5 Unique Drinking Traditions Around the World

The Travel Channel
The Travel Channel / The Travel Channel

As host of The Travel Channel’s Booze Traveler, which kicks off its second season tonight at 10 p.m. EST, Jack Maxwell has visited a bank filled with beer in the Netherlands, discovered the medicinal powers of pinecone schnapps in Austria, sipped fermented horse milk at the base of the Khangai Mountains in Mongolia, and inhaled a marijuana milkshake in Nepal. While each experience has been a completely unique one, if there’s one lesson the South Boston native has learned it’s that, “Every civilization, from the beginning of time, has learned how to make alcohol out of something,” as Maxwell tells mental_floss.

“It doesn’t matter what corner of the globe you are from,” Maxwell continues. “There must be a soulful connection to alcohol, whether it’s fermented mare’s milk in Mongolia, a wonderful wine in Sicily, scotch whiskey in Scotland, kava in Hawaii that makes your mouth numb, or malt wine in Argentina. It’s really important everywhere around the world and it really is the one thing that brings us together. It’s truly the universal language.”

Here, Maxwell shares with us some of the unique drinking experiences he has had during his alcohol-fueled world travels with Booze Traveler.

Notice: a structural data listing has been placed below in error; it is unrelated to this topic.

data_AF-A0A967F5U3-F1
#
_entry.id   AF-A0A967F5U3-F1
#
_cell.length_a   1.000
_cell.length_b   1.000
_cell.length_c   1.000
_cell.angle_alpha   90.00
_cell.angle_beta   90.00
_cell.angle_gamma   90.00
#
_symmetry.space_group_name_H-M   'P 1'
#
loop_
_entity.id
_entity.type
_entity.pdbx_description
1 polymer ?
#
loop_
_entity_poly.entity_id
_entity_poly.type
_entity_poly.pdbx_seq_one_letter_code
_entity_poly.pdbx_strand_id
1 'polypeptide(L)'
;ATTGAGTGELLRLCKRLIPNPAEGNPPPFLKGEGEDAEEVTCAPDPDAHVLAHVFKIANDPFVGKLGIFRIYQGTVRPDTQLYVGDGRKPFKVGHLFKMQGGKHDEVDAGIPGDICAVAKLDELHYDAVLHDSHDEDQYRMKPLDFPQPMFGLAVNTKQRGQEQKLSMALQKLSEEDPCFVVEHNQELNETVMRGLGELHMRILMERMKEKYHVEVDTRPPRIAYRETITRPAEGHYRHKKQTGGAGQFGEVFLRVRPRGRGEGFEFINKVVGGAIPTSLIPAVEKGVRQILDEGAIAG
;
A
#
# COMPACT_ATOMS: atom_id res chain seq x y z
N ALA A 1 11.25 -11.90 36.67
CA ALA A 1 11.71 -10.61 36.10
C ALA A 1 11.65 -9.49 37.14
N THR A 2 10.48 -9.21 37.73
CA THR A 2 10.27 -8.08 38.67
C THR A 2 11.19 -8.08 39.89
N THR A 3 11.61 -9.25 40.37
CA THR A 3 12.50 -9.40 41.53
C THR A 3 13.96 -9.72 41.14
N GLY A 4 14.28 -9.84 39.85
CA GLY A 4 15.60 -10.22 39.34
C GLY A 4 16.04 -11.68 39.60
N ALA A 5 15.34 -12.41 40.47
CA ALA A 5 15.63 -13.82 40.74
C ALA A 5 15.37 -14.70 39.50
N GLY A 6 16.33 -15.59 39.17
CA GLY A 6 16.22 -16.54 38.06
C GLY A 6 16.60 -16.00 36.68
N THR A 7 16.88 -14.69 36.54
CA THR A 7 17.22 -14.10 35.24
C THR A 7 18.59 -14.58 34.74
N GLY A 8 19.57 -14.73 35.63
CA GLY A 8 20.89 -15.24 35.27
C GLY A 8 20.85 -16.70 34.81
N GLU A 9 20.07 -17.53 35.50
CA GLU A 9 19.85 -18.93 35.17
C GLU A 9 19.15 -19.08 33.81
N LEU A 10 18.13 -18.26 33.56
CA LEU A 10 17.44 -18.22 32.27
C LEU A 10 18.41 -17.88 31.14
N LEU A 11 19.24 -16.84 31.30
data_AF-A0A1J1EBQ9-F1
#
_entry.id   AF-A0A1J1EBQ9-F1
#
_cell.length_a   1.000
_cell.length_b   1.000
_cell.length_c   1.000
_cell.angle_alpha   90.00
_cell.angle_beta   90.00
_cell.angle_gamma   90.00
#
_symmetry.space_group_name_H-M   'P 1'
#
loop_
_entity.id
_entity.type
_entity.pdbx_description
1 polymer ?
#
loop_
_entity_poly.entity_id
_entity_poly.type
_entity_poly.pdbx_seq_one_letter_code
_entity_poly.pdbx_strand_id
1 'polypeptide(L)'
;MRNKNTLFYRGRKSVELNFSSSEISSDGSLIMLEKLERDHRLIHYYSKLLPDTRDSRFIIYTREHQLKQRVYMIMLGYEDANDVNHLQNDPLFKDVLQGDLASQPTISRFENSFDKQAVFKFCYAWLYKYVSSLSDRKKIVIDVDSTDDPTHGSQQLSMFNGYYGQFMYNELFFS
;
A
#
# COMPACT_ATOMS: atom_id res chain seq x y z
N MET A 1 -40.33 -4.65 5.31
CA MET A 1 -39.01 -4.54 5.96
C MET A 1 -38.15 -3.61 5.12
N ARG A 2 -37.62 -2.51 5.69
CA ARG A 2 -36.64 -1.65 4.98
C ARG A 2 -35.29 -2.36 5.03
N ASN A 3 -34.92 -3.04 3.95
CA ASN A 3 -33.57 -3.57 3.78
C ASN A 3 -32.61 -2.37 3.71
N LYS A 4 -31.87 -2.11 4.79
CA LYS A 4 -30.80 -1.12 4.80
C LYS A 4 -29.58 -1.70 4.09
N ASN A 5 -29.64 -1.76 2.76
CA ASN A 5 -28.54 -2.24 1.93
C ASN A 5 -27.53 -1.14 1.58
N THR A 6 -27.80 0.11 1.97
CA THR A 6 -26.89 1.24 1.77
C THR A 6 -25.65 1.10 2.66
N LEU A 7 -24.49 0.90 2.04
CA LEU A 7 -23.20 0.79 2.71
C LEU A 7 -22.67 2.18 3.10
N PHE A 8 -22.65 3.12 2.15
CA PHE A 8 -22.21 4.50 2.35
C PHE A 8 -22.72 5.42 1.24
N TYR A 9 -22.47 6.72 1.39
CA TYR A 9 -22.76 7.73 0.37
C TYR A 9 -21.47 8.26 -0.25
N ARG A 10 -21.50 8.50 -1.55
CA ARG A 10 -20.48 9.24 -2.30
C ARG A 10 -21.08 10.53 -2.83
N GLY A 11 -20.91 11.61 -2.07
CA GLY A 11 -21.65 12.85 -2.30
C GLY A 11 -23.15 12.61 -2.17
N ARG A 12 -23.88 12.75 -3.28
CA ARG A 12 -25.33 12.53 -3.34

In Booze Traveler’s season two premiere, Maxwell pays a visit to Greece, where the drinking traditions date back to ancient times. “On the isle of Crete, which is the largest of Greece’s islands, they have this tradition; it’s a drinking game more than a tradition, but it is called koupa,” Maxwell explains. “What it is, very simply, is that you just call someone’s name at the table, and they have to drink everything in their glass, then kiss the bottom of the glass for luck, and then call on someone else. It’s just kind of a quick way to get buzzed, I guess. It’s particularly popular at bachelor parties, and I was invited to one—even though I was a total stranger—and I drank 100 proof Ouzo with these guys whom I had never met. Then it is tradition to break the dishes afterward.”


It’s not every day that a tourist in Tanzania gets to run with a tribe of Maasai warriors, but Maxwell is hardly your typical traveler. “I got to throw clubs with them and eat with them and talk with them,” he says of his time in the East African nation. Of course, Maxwell also got to drink with them. “But I had to drink what they drink,” he says. “And what they drink is honey wine, so I brought them some honey to make the wine with; we actually stole it from some bees, like Winnie the Pooh. But they drink it a little bit differently. Honey mead was maybe the first alcohol on earth, so a lot of people drink that, but Maasai warriors mix in some cow blood.”

“They take a blunted arrow, they shoot it at a cow’s neck, it starts squirting, and then they fix him up with cow dung and he’s fine,” Maxwell continues. “So they mix that cow blood with honey wine and then they drink it. It’s very ceremonial and very traditional. They don’t do it every day, it’s more of a celebration, so they were honoring me with this special drink and, of course, I had to drink it.”